OPINION: I have no idea how I’m going to pay for college

Congress must act to make college affordable

OPINION: I have no idea how I’m going to pay for college

Ryleigh Selby

Thirteen-year-old me had only one worry on her mind: braces. Having perfect teeth didn’t seem worth all the pulling and stretching and tugging, paired with the constant jokes about the cost.

“At least it’s not college!” the orthodontist would say with a laugh as he and my mom talked about the expense of braces for me and my quadruplet sisters.

But now, at 17, college is right around the corner for us four. And it hasn’t gotten any cheaper.

The student debt crisis in the United States is one of the biggest issues our country is facing. It is one most Monarch students must endure, considering it’s nearly impossible to have a stable career without some level of higher education.

Student loan debt is now the second highest consumer debt category, right behind mortgage debt, according to the Student Debt Crisis website. Getting an education costs almost as much as owning a house, and the prices just keep going up. The Peterson Foundation states that student debt sat at about $345 billion in 2004. Today, that number has skyrocketed to $1.4 trillion nationwide.

From elementary school through the end of high school, college is the word on everyone’s tongue. “You need to do well on this test to get into a good college!” “Try taking AP classes to get some college credits!” “Have you started your college applications yet?” Why do they bring the topic up as soon as our education starts? Because that’s how soon we have to start preparing for it.

Growing up as a quadruplet with one older sister, just thinking about college feels daunting. With one parent working to pay five tuitions, dreaming big feels impossible. I’ve always wanted to go to a big out of state school and get the true “college experience.” However, with out-of-state tuition being in the $30,000 range, multiplying that by five becomes financially impossible.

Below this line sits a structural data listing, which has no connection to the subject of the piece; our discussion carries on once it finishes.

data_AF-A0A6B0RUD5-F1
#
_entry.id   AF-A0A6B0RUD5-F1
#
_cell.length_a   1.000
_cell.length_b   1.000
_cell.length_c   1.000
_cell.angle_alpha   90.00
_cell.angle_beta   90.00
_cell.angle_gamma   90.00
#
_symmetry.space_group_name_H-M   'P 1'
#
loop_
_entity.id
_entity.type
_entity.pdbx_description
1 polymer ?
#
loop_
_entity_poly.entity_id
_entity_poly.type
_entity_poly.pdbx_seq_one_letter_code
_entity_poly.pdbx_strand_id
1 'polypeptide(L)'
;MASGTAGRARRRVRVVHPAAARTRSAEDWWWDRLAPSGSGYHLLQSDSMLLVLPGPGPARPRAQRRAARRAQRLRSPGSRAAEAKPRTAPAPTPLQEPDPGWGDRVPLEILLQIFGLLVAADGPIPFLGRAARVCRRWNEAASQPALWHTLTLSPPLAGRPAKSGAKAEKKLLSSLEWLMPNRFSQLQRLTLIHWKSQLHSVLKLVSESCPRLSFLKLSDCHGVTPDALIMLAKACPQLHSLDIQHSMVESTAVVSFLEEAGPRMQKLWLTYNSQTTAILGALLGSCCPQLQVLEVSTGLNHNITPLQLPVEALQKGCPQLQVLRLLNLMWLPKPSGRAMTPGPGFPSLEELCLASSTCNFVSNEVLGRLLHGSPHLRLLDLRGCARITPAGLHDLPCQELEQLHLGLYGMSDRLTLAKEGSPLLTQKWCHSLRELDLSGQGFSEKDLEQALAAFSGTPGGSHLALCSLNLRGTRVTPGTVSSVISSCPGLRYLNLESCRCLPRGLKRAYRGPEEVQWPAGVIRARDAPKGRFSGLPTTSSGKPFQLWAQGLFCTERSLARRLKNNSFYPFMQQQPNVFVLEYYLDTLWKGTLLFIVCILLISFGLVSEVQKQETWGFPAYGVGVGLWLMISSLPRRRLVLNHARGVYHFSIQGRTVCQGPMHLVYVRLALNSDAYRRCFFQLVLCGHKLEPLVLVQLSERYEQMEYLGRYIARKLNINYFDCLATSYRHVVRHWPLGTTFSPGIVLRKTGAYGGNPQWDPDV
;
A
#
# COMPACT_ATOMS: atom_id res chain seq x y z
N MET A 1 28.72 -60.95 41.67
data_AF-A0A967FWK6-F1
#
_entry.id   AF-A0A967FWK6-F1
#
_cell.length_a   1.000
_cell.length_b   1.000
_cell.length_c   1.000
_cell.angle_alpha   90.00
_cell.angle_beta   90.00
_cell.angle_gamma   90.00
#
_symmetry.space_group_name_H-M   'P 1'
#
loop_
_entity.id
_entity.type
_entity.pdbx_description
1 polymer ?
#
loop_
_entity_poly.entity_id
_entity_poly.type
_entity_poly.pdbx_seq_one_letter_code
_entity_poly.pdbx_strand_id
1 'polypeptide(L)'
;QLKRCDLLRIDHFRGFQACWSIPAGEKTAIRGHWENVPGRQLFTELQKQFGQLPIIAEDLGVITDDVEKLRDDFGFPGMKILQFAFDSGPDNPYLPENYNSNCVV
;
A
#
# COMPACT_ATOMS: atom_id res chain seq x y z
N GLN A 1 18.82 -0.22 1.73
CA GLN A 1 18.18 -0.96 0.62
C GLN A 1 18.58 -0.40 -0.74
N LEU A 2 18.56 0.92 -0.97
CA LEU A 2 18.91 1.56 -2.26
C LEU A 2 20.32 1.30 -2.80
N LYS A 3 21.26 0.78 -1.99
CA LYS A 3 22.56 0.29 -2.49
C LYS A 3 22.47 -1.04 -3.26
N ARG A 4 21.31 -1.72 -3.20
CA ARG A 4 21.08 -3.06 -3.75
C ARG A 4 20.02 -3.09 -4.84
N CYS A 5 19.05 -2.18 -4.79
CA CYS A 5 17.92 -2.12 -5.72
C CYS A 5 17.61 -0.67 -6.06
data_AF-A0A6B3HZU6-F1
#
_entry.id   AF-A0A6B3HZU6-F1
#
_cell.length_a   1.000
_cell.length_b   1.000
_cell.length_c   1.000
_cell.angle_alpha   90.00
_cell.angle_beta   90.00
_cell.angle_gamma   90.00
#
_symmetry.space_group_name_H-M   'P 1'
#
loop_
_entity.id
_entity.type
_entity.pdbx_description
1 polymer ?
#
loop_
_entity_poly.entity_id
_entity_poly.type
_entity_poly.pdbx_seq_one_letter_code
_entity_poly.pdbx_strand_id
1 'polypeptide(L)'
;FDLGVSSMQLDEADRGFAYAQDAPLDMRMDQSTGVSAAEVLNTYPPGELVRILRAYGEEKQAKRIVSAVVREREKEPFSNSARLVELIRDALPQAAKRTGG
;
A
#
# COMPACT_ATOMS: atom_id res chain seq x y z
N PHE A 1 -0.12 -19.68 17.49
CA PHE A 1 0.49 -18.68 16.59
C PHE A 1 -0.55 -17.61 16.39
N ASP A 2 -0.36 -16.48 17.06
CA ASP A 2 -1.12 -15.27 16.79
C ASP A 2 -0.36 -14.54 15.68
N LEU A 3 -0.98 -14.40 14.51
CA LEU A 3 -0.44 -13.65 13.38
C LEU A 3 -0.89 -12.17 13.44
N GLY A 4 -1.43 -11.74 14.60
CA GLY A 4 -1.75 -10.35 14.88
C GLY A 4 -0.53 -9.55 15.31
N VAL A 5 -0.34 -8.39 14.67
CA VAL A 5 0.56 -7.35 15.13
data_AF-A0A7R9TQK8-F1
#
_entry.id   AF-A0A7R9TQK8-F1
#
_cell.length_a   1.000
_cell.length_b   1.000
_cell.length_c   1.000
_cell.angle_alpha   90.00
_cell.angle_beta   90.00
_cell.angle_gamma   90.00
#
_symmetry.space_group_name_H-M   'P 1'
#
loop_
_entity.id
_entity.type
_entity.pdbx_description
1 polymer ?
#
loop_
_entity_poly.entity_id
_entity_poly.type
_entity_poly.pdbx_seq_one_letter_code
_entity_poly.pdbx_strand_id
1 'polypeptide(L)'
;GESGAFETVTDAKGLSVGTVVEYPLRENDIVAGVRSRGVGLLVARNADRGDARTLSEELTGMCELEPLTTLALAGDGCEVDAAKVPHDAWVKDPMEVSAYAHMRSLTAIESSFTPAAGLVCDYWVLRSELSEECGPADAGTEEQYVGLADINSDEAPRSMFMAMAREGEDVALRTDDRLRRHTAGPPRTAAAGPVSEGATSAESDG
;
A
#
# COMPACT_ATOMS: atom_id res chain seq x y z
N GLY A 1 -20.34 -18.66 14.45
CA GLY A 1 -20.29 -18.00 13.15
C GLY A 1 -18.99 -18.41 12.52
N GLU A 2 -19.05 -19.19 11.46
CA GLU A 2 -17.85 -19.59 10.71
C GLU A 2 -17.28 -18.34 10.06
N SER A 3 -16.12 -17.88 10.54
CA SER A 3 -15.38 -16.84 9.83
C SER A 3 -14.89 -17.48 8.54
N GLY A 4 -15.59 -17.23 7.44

My sisters and I, like many other high schoolers, work minimum wage jobs a couple days a week. A good amount of that money goes to gas, food, and the occasional shopping spree, yet there’s always that voice chanting in the back of my head: you have to save for college. You need this money for college. You’ll have to pay off your student debt.

The craziest thing about all of this is how much higher the United States’ student debt numbers are compared to other countries around the world. Although the problem isn’t isolated to the United States, ValueColleges.com explains that the most a university can charge in England comes to around $14,000 and other countries like Australia, Canada, and Chile cost under $10,000.

And I can’t forget to mention that in virtually every other college in the world, tuition is a whopping $0.That’s right, you heard me correctly. FREE.

How can we expect to have a country full of college-educated people when cost alone makes college out of reach for low and even middle class Americans? Financial aid only goes so far. Scholarships only go so far. You could apply for and write essays for every scholarship in the books, yet it still won’t even come close to being enough.

So what are our options here? We need our government to take action now. USA Today says the new Covid-19 Student Loan Forgiveness plan in the latest stimulus would keep student loan borrowers from making payments until the end of January and put a pause in interest on loans, which is a good first step towards essential, immediate financial relief.

Some members of Congress are urging the newly-inaugurated president Joe Biden to cancel up to $50,000 of student loan debt per person via executive order. This will help us finally move in the right direction to reduce or eliminate college tuition costs, therefore ending student loan debt.

The time for Congress to act is now.

I want to go to college, but I don’t want to bankrupt my parents in the process. This isn’t a choice anyone should have to make. It’s time to put an end to the destruction of student debt.